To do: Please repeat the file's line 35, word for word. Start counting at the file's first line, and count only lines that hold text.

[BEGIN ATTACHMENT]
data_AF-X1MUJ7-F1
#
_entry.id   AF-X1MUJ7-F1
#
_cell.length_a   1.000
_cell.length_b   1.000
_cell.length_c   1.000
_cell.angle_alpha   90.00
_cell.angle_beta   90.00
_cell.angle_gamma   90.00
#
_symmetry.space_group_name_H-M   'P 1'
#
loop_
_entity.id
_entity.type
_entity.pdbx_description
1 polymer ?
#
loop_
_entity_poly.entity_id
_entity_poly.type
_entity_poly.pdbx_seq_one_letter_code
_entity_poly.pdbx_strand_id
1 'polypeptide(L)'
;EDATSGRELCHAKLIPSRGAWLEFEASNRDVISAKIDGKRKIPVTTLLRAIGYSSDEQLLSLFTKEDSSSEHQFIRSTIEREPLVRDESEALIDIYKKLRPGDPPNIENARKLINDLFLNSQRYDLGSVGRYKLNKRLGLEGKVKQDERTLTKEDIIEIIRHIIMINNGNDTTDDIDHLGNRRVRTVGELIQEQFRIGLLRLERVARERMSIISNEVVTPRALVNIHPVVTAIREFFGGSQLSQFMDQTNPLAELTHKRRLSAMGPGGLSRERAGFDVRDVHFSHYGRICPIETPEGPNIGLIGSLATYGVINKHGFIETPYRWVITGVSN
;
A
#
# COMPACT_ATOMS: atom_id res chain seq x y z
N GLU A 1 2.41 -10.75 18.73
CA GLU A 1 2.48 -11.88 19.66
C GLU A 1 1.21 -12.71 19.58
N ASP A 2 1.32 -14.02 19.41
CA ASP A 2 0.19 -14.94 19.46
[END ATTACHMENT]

CA ASP A 2 0.19 -14.94 19.46